Picnic Part 2: Karl comes into his own.

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The sous-chefs are looking on.

As you can see from the photo, I was clearly responsible for cooking the meal for everybody. I also used a swimming float as a fan to disperse the smoke from the fire which was imposing on my area of the tent.  I had the rice I, ahem, prepared and with a dry bag (rucksack) and fullish stomach, I got adventurous, temporarily shedding my Karl exterior, however my hubris ultimately would come back to bite me (in my back again). I suncreamedup commandeered the pedalo and went around the small island with a couple of the boys. That was fun. Then, as I was about to jump off and read my book in the shade, the offer of fishing was baited to me. I bit. To be fair, I did enjoy it and we, not necessarily I, caught some fish, the Trigger Fish being the most interesting and exotic. However, I thought I would be sensible and avoid sunburn so I alighted the ship and trudged back to camp. My flipflop broke three times on the way.

But for some reason I was extraordinarily tired. I constructed a bed out of swimming floats (they are very useful. Bear Grylls, tip there for you) and an appropriate Dora the Explorer tent. I read some Midnight’s Children to be lulled asleep by Rushdie’s mellifluous sentence structure. I awoke to laughter and some of the women taking photos of me. Although being laughed at isn’t anything new to me here,  I knew it wasn’t just because I fell asleep, because I’m pretty sure it’s normal to fall asleep here. It seems

Drats.

Drats.

that when I was walking around to build my very effective bed, having discarded my faulty Facebook flipflops, I had forgotten to worry about the Stalin-inspired ash beneath my feet. Result: my feet were caked in ash and tire particles which made them completely black. Apparently they will stay that way for two weeks. Thoughts of quitting rowing and becoming a minstrel for the short-term flashed across my mind, I was becoming slightly delirious.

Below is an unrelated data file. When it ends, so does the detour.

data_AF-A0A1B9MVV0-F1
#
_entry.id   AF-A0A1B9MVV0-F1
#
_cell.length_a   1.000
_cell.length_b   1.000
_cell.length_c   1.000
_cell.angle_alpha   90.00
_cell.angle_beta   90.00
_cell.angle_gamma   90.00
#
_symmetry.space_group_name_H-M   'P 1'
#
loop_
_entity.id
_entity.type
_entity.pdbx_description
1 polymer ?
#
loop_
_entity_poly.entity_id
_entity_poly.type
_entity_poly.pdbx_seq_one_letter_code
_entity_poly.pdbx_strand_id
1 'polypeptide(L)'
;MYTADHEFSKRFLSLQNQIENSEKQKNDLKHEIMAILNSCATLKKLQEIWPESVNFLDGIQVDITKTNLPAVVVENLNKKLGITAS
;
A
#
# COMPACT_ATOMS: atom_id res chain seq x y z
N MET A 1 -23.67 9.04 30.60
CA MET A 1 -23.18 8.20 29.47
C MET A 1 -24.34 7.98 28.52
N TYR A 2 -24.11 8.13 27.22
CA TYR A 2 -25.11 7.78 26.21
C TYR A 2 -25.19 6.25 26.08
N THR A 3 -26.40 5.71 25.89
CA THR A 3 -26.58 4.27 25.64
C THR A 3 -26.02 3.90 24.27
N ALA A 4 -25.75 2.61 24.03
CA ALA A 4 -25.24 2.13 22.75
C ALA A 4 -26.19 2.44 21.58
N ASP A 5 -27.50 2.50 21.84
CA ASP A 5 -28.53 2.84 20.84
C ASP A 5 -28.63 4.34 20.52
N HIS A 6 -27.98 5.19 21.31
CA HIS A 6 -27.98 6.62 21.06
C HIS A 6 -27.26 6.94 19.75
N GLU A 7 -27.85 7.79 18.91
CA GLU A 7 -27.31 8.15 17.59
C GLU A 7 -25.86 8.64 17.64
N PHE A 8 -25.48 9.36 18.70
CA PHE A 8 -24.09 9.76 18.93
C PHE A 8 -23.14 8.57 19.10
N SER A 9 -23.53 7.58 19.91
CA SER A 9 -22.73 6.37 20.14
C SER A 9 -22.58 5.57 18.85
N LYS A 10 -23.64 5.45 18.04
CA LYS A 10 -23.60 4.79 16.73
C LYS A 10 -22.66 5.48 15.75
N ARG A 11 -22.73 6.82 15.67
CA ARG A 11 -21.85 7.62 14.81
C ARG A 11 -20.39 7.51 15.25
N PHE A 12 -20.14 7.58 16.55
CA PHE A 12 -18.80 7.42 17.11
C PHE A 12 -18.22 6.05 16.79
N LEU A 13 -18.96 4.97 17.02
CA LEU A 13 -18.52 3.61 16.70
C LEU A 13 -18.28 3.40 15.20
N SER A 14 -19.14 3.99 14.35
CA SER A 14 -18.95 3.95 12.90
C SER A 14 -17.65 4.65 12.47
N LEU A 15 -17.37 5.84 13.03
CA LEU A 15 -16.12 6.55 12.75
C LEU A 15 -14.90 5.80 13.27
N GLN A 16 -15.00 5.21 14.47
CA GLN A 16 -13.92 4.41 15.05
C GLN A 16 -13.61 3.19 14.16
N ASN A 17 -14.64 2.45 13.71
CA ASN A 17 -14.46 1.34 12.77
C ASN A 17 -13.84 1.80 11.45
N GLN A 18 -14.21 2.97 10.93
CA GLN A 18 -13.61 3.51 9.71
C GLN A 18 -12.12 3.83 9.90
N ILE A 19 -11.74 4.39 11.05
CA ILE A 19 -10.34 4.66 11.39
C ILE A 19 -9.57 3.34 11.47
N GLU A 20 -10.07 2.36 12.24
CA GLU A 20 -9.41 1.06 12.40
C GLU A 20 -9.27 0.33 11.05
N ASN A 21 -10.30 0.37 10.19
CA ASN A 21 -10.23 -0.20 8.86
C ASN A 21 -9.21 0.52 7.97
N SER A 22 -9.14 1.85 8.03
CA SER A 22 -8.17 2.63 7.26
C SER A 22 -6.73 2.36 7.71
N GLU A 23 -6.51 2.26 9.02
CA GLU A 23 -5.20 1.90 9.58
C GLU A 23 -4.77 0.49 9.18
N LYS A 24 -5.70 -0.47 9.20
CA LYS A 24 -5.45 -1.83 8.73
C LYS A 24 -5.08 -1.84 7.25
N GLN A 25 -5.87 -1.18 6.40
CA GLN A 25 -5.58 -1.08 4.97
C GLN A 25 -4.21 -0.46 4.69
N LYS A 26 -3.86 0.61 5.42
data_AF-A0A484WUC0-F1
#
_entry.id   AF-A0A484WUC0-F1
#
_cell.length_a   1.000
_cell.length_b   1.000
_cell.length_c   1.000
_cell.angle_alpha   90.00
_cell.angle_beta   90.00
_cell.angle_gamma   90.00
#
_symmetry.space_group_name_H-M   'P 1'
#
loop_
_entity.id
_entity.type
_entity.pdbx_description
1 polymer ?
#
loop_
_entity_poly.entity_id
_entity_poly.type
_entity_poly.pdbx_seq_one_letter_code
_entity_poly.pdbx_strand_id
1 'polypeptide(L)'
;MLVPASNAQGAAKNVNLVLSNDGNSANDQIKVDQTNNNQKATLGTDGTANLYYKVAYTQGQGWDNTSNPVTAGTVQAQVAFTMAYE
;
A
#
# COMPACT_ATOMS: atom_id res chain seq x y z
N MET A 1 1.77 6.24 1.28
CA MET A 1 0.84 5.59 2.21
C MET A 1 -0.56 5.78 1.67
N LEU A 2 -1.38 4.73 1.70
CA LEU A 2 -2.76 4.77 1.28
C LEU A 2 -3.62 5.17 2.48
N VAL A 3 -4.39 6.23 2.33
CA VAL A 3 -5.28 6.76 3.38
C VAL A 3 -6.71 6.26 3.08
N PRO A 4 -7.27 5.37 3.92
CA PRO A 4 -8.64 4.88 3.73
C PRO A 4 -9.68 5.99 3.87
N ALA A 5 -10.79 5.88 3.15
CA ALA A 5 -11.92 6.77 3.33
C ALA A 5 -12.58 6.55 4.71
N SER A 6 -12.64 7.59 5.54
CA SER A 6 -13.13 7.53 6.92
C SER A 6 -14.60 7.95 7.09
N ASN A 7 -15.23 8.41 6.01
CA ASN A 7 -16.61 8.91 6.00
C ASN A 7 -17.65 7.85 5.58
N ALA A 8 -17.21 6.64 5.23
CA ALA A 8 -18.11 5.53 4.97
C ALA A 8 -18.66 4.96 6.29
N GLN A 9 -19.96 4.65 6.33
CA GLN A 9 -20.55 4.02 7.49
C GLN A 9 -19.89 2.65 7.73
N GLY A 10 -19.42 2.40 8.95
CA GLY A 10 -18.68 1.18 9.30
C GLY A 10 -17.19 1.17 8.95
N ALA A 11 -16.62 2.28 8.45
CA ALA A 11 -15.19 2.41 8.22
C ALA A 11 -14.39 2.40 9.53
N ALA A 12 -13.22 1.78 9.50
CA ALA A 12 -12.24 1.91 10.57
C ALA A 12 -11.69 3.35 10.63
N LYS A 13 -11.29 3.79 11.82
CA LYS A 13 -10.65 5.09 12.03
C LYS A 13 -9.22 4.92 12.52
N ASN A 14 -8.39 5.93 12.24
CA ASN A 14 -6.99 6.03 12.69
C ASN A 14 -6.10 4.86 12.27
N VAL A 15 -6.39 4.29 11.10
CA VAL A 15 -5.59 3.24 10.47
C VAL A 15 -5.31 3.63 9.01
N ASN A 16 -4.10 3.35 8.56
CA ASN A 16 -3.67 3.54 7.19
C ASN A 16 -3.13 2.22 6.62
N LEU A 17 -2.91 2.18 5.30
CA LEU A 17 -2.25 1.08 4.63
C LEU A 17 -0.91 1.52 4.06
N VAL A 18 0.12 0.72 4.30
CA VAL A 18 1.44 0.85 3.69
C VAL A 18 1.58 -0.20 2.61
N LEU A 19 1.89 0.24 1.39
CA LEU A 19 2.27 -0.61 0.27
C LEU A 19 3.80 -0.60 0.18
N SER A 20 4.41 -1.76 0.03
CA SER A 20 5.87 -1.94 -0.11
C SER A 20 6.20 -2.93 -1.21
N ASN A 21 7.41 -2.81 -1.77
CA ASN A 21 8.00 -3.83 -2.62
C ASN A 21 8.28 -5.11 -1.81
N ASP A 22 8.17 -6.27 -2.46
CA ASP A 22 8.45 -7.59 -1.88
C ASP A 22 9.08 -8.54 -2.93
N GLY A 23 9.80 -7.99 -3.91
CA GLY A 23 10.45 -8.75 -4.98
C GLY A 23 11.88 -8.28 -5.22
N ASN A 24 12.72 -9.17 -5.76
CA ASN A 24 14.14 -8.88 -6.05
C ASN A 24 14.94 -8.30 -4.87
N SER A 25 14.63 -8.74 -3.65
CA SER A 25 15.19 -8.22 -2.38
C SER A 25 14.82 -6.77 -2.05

Haggard and confused I limped up and down the seashore rubbing my feet in the sand and deriding the kids who made fun of my feet and general appearance. One said I was the same colour as my pink swimming shorts. I picked him up and threw him into the sea. But then I reflected on my skin and cursed the Trigger Fish. I was indeed sunburnt again. But I didn’t think it was that bad. I returned to the tent and gathered my belongings as there was only an hour to go before we would leave. Counting down the minutes I tried to enjoy a mug of hot sugar which teabags had been added to for about a second, to give a sorry excuse for tea. I then sat and played with coral that surrounded my feet and I grew grumpy, which all the small kids found, you guessed it, very funny, so I got my own back by making them pose for my photo collection with coral uncomfortably close to their faces.

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Go on, say I’m pink one more time.

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Save the needy first

The boat arrived and I made sure that it was for women, children, and sunburnt white people. I harnessed the burden of having to lift all the supplies out at the jetty, but I had to ensure I could get home after 13 hours of picnic.

When home I inspected my body. I had taken knocks, blackened feet and reddened skin, pretty much everywhere. My beach mat was covered in Stalin dust and my bag was still damp. Again, if this is one of the only places where you need both a raincoat and sun cream on the same day, it has to, has to be the only place where neither of them work in the same day too. But I have discovered the versatility of the swimming float, holler.

 

 

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Wasn’t all that bad though…

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